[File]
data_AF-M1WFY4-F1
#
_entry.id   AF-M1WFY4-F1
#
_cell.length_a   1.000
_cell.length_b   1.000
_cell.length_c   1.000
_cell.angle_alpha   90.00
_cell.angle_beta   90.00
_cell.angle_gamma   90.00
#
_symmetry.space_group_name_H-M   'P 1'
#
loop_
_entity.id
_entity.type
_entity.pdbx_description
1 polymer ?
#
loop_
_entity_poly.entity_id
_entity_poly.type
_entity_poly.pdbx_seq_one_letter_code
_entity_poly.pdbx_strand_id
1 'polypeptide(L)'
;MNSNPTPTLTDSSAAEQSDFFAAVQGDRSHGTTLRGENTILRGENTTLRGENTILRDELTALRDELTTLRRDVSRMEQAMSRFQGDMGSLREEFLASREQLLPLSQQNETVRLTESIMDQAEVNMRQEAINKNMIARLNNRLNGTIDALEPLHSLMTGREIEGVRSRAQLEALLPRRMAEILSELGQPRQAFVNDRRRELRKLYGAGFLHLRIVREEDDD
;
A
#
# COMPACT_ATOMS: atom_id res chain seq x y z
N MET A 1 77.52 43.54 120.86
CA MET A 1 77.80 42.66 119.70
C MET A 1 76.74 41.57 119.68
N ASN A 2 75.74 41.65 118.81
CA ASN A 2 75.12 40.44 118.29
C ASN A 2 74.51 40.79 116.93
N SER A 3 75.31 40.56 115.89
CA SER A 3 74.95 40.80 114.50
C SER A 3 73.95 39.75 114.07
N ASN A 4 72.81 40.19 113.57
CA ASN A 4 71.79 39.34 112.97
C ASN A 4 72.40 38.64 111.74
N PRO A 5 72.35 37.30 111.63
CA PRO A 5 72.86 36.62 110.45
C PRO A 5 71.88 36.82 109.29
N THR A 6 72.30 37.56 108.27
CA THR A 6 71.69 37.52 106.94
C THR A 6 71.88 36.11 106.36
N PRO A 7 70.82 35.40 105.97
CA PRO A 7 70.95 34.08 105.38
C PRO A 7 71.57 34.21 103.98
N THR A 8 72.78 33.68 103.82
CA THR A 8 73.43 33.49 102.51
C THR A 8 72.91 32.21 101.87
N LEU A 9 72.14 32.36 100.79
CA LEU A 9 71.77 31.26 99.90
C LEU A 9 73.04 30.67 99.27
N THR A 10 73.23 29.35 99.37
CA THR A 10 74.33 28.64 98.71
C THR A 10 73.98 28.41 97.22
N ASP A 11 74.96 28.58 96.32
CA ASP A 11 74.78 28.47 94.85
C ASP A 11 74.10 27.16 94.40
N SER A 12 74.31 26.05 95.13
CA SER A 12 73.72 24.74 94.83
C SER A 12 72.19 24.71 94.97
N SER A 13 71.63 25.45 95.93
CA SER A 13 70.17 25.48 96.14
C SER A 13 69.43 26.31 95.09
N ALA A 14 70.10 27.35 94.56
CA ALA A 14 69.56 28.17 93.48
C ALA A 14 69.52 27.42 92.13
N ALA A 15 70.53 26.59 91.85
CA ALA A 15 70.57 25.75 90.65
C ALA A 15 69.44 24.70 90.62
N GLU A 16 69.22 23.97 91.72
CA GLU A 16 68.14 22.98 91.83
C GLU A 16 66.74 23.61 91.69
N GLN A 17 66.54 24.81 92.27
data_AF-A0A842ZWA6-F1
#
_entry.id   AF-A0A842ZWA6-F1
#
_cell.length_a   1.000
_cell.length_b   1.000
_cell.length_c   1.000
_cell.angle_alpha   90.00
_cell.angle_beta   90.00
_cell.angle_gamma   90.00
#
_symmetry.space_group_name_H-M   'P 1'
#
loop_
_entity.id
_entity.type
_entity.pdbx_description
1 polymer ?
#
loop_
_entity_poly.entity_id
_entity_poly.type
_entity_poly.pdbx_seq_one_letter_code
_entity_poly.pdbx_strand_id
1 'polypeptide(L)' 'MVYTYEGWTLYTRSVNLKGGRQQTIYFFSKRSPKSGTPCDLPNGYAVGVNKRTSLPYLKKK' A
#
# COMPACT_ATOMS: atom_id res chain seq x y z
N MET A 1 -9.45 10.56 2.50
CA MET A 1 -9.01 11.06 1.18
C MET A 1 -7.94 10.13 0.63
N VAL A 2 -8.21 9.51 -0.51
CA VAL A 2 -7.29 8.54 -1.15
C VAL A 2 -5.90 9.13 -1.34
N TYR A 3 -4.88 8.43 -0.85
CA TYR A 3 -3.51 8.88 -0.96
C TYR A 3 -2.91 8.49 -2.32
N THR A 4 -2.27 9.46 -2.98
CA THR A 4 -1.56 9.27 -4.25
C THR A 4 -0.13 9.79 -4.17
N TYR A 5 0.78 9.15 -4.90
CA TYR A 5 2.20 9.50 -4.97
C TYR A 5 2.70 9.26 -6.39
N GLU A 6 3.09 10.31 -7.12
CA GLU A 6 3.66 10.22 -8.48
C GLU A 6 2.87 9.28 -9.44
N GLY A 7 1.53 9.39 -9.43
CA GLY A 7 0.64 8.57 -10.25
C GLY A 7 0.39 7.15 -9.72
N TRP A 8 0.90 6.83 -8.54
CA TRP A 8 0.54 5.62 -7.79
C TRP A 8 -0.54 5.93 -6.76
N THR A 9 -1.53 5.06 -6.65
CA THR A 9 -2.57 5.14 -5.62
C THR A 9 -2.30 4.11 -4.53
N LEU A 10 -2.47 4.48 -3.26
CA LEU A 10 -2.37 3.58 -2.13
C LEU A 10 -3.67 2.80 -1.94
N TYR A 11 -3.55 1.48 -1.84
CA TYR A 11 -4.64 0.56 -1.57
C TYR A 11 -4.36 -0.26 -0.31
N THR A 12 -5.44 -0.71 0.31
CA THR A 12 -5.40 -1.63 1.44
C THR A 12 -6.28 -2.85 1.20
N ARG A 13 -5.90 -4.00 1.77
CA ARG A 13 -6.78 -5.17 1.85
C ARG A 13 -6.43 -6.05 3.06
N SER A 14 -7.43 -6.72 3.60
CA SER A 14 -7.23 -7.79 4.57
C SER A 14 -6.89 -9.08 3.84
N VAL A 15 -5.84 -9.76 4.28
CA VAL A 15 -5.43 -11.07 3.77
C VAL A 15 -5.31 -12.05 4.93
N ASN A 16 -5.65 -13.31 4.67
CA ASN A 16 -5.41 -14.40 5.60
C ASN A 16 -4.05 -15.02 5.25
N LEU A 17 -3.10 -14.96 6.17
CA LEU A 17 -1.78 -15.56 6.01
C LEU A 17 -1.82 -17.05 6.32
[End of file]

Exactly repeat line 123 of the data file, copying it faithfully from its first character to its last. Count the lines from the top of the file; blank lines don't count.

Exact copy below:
CA GLU A 6 3.66 10.22 -8.48